Don Tapscott, author of Wikinomics and Grown Up Digital, gave a presentation this week at the ASCD annual conference on the Net Generation, encouraging educators to embrace a new pedagogy based on technlogy. His advice dovetails with President Obama’s objective to put a computing device in the hands of every student as part of the first National Educational Technology Plan, which includes the goal of boosting college graduation rates from 40 percent to 60 percent by 2020.
As we build online learning platforms for students, we need to create modules that weigh in what the data tells us about how students optimally learn. I agree with Tapscott’s philosophy: “We can’t just throw technology in a classroom and expect good things,” notes Tapscott. We need to move away from an outdated, broadcast-style of pedagogy (i.e., lecture and drilling) toward student-focused, multimodal learning, where “the teacher’s no longer in the transmission of data business; she’s in the customizing-learning-experiences-for-students business.” One of the new challenges for educators is to bridge the digital divide and embrace technology that transforms learning for a more competitive workforce.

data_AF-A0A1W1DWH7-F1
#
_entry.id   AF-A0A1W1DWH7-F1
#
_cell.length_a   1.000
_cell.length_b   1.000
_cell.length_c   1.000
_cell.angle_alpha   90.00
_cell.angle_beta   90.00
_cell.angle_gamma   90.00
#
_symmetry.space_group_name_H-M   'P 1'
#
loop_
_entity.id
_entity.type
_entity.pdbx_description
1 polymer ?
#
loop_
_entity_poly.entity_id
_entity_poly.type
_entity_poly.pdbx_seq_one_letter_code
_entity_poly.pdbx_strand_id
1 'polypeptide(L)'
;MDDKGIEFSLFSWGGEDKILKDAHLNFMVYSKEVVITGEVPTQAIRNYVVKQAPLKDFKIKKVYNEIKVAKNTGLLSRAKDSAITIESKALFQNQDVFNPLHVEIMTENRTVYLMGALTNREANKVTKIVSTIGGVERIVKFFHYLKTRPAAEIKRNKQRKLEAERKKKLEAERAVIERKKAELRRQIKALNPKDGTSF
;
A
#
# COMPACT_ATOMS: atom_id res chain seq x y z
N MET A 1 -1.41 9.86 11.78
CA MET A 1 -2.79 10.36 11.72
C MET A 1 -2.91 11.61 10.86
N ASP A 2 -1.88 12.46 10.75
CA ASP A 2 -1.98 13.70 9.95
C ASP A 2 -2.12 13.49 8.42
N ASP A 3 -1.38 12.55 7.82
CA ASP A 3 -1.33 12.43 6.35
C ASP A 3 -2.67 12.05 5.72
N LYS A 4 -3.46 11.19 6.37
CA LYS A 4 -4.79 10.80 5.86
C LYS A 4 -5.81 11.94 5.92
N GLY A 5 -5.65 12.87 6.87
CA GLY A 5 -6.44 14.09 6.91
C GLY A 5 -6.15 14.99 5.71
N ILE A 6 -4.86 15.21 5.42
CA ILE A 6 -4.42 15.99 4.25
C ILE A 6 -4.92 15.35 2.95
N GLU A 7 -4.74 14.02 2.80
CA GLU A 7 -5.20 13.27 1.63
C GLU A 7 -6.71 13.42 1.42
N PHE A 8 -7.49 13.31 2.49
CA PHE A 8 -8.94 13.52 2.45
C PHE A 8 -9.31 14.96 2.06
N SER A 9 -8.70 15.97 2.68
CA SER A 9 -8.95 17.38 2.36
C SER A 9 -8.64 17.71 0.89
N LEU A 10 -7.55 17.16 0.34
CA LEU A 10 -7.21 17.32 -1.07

The Obama administration urged educators and policymakers today to embrace a host of digital-learning approaches it says will make K-12 schools better, including putting a computing device in the hands of every student.
Guided by an overarching goal set by President Barack Obama to raise national college-completion rates from 40 percent to 60 percent by 2020, the first National Educational Technology Plan issued by his administration outlines the big-picture approaches it says U.S. schools need to employ in the areas of classroom learning, assessment, teaching, infrastructure, and productivity to help meet that goal.
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